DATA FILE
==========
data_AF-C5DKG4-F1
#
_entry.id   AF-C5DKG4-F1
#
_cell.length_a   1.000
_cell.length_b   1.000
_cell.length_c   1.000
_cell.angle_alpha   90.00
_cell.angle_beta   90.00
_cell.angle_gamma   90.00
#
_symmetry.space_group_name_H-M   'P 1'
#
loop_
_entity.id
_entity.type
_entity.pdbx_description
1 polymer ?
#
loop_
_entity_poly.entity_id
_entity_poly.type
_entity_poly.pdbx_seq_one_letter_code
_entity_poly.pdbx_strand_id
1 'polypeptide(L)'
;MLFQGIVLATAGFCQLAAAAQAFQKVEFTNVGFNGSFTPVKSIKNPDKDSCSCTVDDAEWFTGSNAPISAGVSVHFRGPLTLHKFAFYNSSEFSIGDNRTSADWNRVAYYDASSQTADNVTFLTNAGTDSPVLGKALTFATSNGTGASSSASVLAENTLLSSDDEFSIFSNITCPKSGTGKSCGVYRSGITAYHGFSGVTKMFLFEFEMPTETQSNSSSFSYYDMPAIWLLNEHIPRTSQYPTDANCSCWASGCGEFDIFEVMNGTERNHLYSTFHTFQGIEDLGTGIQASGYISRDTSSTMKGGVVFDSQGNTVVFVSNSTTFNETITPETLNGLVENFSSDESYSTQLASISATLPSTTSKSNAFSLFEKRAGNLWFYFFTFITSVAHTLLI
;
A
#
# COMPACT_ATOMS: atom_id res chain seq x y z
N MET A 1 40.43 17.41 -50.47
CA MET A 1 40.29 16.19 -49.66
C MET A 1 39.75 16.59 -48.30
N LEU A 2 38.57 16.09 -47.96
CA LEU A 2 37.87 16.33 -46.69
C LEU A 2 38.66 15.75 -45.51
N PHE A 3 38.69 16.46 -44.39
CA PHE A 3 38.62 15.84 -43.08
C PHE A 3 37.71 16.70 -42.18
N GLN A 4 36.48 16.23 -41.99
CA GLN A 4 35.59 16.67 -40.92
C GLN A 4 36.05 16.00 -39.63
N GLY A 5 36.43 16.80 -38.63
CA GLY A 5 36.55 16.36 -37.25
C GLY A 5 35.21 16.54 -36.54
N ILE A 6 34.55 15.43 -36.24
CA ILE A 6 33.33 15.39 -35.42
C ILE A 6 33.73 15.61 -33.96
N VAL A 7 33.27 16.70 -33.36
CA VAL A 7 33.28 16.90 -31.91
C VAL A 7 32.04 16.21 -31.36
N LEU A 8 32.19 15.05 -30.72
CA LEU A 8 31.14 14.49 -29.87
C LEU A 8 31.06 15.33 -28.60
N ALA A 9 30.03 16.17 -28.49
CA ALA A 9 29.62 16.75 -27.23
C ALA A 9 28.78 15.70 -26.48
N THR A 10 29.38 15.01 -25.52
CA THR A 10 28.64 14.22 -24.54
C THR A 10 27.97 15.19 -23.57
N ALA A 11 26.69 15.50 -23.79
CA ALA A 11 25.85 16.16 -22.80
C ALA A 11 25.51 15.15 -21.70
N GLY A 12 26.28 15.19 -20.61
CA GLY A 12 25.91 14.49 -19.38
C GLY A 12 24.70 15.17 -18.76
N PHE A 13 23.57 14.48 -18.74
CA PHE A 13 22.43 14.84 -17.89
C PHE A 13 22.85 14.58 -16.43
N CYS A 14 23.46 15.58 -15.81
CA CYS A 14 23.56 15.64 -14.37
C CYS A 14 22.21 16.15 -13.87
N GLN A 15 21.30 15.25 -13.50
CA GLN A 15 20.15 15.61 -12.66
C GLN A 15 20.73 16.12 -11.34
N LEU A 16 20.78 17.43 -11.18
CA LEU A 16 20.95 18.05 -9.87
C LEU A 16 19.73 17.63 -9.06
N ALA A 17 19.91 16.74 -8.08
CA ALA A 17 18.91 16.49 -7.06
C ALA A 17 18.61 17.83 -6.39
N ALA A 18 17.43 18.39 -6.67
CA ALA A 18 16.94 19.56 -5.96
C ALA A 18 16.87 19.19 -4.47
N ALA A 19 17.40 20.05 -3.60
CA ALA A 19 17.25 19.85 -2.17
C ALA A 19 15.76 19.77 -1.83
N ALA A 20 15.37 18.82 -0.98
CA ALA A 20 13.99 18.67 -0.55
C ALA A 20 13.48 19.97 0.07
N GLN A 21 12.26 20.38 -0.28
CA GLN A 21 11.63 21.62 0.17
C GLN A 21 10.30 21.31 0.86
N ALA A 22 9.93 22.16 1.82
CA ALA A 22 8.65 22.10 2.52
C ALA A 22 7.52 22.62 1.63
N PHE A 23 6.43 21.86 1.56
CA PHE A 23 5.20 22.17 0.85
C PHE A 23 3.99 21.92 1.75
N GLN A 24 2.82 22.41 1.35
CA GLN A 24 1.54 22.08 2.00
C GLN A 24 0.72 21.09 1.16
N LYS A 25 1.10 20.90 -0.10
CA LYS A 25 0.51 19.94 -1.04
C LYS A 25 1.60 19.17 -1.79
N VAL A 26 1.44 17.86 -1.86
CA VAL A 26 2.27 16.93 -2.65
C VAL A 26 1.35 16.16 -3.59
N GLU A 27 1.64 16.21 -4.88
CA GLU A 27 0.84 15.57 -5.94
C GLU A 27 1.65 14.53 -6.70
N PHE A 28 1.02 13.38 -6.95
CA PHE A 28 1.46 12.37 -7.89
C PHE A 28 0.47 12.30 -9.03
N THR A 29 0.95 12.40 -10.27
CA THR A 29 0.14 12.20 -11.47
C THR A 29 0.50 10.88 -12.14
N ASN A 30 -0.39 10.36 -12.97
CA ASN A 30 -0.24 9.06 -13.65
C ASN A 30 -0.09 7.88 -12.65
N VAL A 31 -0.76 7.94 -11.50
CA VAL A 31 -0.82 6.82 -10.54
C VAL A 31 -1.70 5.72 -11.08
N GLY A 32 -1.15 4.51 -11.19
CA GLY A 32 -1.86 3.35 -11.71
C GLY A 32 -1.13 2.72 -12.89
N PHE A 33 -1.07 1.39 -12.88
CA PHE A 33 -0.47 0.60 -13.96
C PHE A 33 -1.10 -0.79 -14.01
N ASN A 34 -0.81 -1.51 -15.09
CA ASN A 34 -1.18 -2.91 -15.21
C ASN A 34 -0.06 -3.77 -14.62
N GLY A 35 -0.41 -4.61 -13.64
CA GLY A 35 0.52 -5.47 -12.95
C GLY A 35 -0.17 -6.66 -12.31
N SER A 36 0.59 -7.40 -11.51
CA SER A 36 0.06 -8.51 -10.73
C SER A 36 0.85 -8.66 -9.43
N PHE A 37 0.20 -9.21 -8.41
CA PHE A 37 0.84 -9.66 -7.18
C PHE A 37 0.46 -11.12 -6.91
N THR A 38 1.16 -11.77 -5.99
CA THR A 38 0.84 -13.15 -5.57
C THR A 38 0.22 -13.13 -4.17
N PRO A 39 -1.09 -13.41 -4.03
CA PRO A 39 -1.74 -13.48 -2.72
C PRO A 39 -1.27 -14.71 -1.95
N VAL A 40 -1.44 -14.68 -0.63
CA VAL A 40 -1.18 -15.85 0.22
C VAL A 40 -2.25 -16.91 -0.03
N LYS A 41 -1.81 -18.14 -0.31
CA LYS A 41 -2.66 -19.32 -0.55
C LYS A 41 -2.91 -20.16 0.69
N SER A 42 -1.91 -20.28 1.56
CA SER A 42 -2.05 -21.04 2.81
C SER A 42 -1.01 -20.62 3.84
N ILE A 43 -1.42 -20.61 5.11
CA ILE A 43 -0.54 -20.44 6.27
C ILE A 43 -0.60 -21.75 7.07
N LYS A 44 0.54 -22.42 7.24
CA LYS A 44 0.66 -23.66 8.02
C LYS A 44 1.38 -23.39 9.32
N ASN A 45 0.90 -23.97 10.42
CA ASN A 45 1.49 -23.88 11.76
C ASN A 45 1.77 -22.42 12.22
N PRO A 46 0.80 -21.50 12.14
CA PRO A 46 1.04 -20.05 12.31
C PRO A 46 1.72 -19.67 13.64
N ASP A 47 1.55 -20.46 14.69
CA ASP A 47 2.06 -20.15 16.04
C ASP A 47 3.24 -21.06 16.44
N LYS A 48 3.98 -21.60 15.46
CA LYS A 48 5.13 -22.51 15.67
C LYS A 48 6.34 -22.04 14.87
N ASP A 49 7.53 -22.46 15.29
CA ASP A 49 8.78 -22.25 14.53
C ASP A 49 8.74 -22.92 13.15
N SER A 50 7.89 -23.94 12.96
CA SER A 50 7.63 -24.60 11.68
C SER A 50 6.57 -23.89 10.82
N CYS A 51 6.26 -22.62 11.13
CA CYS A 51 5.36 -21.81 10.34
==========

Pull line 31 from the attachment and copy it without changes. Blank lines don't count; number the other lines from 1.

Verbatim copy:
N MET A 1 40.43 17.41 -50.47